Skyd på pianisten
”Tirez sur le pianiste” or ”Shoot the Pianist” is the second installment on the List from Francois Truffault. It is quite a departure from “Les Quatre Cents Coups” in several ways. Gone is the social-realistic pathos and oppressive self-importance to be replaced by playfulness and a mischievous sparkle in the eye. ”Tirez sur le pianiste” is a movie by people having fun rather than burning to tell an important story.
I liked “Tirez sur le pianiste” a lot more than I did “Les Quatre Cents Coups”.
It is a strange movie to describe because it is both very conventional and completely unconventional. The plot is something you would recognize from an American B-movie, but processed in a way that is not quite a parody but questions the very format of the film. I imagine that Truffaut and his team sat down and considered every scene of the movie and said: “Hey, wouldn’t it be totally awesome if instead of doing this or that the characters would do or be something entirely different?” In that sense the very format of the otherwise ordinary story becomes a playground.
Take for example the introduction. A man, Chico (Albert Rémy), is on the run from someone. He meets a complete stranger with flowers, chat him up and is told a lengthy story about a marriage grown from dislike to full blown love. He says good bye and continues to run to find his brother and ask for help. There is an obvious clash here that makes you wonder and even smile, but not enough of a clash to break the illusion. In the bar where Chico finds his brother Charlie (Charles Aznavour) people are dancing and having a great time, but when you look at the couples dancing they are outright bizarre. Again you raise your eyebrow and even smile, but not enough to break the illusion. Then Chico disappears out of the story only to reappear in the end and we now follow Charlie, who has a secret worthy of any B-movie, but taken that step further.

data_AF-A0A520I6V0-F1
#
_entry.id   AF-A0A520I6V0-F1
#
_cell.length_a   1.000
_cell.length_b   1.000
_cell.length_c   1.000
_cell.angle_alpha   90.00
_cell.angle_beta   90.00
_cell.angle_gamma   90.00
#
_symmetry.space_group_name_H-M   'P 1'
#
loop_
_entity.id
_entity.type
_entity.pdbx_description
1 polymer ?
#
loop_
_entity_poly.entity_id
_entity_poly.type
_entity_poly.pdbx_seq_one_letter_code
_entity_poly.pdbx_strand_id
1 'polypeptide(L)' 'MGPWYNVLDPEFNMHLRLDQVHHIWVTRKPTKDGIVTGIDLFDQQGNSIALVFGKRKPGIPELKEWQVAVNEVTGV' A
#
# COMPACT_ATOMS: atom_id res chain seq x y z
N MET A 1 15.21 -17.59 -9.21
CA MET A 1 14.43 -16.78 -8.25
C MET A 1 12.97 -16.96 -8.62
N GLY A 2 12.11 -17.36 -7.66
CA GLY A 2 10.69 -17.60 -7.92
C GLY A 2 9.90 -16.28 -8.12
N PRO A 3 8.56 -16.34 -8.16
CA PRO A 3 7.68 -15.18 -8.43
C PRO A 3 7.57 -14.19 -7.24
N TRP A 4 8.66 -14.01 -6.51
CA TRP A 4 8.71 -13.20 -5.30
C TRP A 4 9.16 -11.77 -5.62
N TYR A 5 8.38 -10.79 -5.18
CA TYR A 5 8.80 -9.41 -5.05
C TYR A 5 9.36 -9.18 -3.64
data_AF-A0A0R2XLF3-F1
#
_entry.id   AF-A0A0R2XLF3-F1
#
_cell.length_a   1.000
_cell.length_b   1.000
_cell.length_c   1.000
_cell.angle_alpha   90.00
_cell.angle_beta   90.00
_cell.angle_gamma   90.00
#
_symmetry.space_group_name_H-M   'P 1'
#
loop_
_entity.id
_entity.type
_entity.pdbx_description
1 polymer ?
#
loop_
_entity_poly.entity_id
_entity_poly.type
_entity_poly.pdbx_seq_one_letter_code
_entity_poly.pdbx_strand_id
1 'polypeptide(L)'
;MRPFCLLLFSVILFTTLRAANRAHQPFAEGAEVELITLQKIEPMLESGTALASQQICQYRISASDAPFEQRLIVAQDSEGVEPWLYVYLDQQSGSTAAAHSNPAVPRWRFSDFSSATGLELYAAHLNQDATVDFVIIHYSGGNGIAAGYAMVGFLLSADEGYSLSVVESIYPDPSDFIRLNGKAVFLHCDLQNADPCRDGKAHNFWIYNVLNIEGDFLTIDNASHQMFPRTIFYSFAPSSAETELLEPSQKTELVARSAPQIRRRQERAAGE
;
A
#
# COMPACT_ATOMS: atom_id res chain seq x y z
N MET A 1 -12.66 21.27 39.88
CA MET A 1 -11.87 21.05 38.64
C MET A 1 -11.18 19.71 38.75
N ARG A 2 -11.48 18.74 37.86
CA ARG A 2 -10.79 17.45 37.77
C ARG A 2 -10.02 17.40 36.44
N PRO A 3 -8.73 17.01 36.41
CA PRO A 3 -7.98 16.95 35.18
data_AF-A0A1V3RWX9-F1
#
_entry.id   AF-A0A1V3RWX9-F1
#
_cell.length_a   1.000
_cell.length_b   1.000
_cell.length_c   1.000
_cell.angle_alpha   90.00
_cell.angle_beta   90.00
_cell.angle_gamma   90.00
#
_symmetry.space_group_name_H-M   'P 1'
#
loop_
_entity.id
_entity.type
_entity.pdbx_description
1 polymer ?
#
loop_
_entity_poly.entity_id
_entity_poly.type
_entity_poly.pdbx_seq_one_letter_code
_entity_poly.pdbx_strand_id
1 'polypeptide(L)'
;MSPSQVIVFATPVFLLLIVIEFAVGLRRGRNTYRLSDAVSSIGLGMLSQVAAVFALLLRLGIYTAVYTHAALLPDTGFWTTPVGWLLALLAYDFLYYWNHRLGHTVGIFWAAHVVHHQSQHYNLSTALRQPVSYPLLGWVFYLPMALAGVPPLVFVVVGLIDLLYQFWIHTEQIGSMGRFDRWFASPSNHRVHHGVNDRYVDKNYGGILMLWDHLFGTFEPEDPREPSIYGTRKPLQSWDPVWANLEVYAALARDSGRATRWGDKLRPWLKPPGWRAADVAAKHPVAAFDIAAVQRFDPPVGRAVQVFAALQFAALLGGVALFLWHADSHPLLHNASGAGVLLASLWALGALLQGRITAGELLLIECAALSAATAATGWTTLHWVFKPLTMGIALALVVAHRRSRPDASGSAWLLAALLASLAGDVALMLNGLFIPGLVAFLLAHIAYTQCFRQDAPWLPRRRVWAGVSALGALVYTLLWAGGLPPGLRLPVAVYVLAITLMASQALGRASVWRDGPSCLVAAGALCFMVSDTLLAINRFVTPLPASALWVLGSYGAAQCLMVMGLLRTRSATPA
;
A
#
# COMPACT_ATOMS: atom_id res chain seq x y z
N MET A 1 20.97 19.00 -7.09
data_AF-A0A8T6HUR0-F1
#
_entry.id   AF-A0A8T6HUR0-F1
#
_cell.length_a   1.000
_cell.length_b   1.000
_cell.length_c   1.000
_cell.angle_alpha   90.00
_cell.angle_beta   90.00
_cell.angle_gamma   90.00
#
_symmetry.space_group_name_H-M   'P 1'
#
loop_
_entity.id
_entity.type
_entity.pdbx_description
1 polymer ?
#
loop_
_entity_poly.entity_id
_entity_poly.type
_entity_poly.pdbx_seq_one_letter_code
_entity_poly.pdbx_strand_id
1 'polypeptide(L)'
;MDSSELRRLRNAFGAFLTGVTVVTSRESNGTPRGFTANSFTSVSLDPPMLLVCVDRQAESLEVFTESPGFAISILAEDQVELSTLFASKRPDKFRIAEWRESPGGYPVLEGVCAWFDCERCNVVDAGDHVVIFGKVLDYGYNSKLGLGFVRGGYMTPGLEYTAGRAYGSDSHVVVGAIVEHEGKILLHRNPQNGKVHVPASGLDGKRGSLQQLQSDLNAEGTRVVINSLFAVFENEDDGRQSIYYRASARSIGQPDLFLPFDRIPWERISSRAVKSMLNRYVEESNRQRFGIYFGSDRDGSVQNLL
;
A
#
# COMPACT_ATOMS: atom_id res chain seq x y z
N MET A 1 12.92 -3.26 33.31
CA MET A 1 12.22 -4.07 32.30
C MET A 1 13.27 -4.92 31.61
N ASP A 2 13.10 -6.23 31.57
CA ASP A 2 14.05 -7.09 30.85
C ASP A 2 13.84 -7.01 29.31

The only movie I can really compare “Tirez sur le pianiste” to is “Pulp Fiction”. Tarantino’s toying with the conventions of B-movies is entirely parallel to what Truffault does here. That makes it fun and entertaining and always surprising, but never so much that it brakes the frame of the larger story. Charlie and Chico are being hunted by two gangsters and it does end in a bloody shoot-out, but the road there takes some very peculiar turns. The gangsters are tough and persistent, but they are also talkative clowns who in the heat of things keep up conversations completely unrelated to what they are actually doing. Again not unlike Jackson’s and Travolta’s characters in “Pulp fiction”.
Another similarity are the sudden jumps in the story timeline introducing plotlines seemingly unrelated to the main plot. The jumps are very sudden and at times dizzying and reflect the play with the format. The situations in these often almost unrelated scenes are detailed and elaborate and I get the impression that much more attention was invested in getting these scenes right than in developing the main story and as such they often feel more like tableaux than parts of a progressive story.
Truffault actually manages to keep it all on track and never lets it slide too far and I think this is why it actually works. This could easily have become a spoof movie or a hopelessly arty movie, but it maintains the balance well enough to become neither.
That is until I saw the interview with Truffault in the extra material. His explanations to the movie were so highbrow and pretentious that I wondered if it was me who had completely misunderstood the movie. According to Truffaut “Tirez sur le pianiste” is an art project. In my understanding, it was a group of movie makers having a great time. I much prefer my version.
I would definitely recommend this movie to anybody with an affinity for early Tarantino movies. He must have watched this movie and been inspired. In its time “Tirez sur le pianiste” was not received well so I guess Truffault was about thirty years ahead of his time.